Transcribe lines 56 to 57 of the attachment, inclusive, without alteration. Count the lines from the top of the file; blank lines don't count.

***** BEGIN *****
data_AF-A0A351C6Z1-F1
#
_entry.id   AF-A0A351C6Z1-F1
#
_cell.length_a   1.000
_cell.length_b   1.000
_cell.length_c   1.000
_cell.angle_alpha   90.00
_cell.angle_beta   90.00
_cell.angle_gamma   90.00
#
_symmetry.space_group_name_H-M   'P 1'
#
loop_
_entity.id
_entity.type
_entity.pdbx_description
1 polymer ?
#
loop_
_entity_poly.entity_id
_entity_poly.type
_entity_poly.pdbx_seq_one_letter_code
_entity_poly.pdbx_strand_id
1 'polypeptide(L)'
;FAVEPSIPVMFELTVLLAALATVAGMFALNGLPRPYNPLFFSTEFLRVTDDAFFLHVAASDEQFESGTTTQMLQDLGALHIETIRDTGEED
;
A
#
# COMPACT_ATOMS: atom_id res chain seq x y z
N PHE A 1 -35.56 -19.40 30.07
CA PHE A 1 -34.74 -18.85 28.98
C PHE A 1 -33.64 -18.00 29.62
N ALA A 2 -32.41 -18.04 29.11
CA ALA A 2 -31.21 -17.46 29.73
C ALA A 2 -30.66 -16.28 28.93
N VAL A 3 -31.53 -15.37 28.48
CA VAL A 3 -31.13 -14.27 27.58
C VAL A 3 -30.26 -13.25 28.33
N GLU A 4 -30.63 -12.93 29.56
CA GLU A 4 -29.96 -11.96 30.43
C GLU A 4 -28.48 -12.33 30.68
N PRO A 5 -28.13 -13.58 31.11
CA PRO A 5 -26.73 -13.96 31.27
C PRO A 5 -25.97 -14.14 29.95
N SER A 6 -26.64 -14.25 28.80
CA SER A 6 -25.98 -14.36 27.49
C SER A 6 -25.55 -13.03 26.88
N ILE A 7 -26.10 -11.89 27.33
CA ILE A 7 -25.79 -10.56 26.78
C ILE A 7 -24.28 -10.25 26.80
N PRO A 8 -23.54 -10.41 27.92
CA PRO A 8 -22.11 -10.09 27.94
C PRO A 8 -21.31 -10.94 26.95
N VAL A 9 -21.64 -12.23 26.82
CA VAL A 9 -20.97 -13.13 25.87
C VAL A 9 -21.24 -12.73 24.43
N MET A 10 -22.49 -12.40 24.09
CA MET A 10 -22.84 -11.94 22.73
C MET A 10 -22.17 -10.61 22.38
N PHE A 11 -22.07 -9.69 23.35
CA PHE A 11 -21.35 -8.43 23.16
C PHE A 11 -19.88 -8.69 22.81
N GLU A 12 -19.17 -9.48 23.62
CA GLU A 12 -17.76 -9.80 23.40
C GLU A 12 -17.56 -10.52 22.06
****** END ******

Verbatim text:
CA VAL A 9 -20.97 -13.13 25.87
C VAL A 9 -21.24 -12.73 24.43